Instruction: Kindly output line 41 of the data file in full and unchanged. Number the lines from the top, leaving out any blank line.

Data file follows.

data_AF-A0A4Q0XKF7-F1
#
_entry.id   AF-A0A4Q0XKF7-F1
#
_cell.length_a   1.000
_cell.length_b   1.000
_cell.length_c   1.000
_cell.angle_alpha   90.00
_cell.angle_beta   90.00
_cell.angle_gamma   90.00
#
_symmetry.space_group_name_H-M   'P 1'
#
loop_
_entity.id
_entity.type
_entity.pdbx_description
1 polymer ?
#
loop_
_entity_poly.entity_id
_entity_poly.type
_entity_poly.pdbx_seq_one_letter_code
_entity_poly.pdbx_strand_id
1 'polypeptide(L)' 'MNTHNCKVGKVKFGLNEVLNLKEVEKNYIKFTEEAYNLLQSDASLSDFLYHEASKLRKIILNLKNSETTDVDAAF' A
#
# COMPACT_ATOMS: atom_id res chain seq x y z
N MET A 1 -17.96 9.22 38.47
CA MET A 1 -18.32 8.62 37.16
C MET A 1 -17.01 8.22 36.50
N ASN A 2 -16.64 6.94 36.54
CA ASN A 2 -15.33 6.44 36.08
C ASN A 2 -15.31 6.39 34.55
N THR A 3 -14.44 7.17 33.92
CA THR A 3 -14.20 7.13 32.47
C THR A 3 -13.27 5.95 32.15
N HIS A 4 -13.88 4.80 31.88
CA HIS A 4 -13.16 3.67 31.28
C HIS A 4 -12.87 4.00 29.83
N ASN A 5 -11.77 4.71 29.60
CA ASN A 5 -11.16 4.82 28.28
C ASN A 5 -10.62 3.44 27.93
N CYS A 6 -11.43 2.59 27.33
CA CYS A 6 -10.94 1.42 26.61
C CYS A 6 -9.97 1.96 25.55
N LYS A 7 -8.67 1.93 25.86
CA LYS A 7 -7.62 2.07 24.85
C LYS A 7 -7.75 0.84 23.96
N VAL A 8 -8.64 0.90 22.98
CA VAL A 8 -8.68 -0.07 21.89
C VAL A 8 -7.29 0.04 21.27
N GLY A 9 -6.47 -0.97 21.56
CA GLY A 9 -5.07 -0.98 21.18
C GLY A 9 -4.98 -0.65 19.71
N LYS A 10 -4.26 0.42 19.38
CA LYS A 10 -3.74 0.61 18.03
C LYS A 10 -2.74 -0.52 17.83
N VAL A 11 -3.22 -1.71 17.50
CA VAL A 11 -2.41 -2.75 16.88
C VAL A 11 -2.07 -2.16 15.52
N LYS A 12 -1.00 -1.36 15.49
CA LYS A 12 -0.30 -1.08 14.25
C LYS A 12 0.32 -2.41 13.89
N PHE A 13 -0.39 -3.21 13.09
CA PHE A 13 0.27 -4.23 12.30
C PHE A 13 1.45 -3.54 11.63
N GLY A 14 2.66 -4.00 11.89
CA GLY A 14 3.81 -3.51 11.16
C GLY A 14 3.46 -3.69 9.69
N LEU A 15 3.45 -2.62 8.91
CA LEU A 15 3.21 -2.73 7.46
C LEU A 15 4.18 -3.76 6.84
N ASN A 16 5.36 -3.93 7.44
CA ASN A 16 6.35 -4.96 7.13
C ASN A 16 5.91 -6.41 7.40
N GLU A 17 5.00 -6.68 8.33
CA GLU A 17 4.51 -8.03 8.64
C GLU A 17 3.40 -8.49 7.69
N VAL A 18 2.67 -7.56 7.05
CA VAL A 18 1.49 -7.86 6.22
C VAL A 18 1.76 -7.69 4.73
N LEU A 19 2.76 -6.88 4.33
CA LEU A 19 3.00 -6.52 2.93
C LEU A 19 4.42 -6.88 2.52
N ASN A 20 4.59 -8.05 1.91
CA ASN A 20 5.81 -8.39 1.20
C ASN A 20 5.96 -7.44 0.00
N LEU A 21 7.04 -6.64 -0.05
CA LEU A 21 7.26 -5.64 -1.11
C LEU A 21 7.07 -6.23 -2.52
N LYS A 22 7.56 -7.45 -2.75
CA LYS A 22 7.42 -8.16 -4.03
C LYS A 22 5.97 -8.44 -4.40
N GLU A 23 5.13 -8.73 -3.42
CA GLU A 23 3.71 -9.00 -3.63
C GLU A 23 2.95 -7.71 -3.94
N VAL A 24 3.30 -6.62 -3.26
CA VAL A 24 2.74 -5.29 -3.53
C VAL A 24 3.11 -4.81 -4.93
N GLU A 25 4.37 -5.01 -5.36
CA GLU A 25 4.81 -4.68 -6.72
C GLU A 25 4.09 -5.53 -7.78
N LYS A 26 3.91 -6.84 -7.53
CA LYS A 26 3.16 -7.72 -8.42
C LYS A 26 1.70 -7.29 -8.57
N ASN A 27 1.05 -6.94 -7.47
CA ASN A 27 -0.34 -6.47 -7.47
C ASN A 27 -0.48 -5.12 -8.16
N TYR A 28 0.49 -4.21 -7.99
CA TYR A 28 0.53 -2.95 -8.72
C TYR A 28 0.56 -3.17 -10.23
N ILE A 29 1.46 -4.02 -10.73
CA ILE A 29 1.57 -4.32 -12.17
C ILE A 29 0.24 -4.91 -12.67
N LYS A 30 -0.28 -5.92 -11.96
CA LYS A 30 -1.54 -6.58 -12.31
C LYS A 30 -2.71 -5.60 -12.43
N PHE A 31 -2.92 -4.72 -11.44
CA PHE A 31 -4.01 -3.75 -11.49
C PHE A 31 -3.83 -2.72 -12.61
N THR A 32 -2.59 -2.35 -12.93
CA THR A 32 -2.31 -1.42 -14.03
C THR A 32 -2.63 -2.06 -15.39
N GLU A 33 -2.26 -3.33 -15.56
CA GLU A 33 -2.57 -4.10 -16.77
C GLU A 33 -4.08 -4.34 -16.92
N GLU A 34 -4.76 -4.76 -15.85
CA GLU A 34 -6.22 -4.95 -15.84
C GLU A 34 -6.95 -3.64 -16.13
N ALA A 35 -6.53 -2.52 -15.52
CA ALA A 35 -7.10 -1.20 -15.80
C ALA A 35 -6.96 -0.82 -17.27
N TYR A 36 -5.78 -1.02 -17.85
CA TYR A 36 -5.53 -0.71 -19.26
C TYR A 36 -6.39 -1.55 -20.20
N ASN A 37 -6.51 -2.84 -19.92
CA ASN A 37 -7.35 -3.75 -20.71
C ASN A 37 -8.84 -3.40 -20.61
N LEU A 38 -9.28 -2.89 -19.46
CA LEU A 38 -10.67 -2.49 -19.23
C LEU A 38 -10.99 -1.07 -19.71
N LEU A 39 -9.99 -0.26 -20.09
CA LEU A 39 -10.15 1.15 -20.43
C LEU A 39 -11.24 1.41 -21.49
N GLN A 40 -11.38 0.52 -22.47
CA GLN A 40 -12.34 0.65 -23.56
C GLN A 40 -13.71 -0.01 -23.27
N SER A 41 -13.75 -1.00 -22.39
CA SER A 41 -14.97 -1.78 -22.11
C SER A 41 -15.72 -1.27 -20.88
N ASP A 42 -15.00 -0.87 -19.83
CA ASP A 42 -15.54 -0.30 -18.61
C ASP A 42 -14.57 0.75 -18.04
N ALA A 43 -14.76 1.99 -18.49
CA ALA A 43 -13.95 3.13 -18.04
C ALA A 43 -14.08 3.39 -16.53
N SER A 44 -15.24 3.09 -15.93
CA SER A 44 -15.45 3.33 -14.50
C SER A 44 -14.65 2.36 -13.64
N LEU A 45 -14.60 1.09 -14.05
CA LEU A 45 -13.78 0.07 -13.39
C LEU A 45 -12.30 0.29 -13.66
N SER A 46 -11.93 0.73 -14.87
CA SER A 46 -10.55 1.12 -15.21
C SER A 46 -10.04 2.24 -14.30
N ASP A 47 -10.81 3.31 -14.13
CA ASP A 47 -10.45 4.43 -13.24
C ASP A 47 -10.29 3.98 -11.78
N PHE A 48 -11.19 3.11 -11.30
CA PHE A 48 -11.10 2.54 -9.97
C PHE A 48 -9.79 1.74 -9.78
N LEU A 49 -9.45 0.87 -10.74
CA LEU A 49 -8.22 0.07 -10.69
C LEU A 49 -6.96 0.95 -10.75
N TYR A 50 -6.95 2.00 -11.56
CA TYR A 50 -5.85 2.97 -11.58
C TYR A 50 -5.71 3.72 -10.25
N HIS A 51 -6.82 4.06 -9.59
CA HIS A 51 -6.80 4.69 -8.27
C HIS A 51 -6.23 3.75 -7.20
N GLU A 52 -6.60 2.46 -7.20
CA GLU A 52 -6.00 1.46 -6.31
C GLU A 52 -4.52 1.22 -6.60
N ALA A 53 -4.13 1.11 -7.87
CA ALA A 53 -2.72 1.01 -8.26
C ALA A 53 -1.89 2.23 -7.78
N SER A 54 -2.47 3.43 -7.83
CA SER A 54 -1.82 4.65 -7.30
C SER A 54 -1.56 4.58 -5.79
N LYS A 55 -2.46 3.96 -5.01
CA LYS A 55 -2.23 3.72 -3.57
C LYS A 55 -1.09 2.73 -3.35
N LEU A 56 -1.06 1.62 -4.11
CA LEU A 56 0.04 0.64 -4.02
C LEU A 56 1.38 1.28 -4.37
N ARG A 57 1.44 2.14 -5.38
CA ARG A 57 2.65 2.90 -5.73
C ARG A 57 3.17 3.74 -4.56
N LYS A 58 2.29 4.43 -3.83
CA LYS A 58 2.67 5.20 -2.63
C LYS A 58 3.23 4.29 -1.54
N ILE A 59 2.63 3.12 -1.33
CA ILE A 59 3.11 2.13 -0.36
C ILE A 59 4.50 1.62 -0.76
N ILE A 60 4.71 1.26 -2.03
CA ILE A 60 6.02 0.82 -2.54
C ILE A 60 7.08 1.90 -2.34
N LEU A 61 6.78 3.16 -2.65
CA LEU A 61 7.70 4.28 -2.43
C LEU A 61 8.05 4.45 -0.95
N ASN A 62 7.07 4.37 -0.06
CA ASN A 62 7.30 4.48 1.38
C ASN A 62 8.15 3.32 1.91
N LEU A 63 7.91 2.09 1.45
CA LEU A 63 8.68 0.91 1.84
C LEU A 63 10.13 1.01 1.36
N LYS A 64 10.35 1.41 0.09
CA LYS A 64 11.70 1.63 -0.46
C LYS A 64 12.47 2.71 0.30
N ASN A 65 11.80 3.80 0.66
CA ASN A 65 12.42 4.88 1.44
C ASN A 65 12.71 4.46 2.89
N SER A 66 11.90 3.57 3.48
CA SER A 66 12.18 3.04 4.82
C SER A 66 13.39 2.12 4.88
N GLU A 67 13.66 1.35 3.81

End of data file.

CA ASN A 5 -11.16 4.82 28.28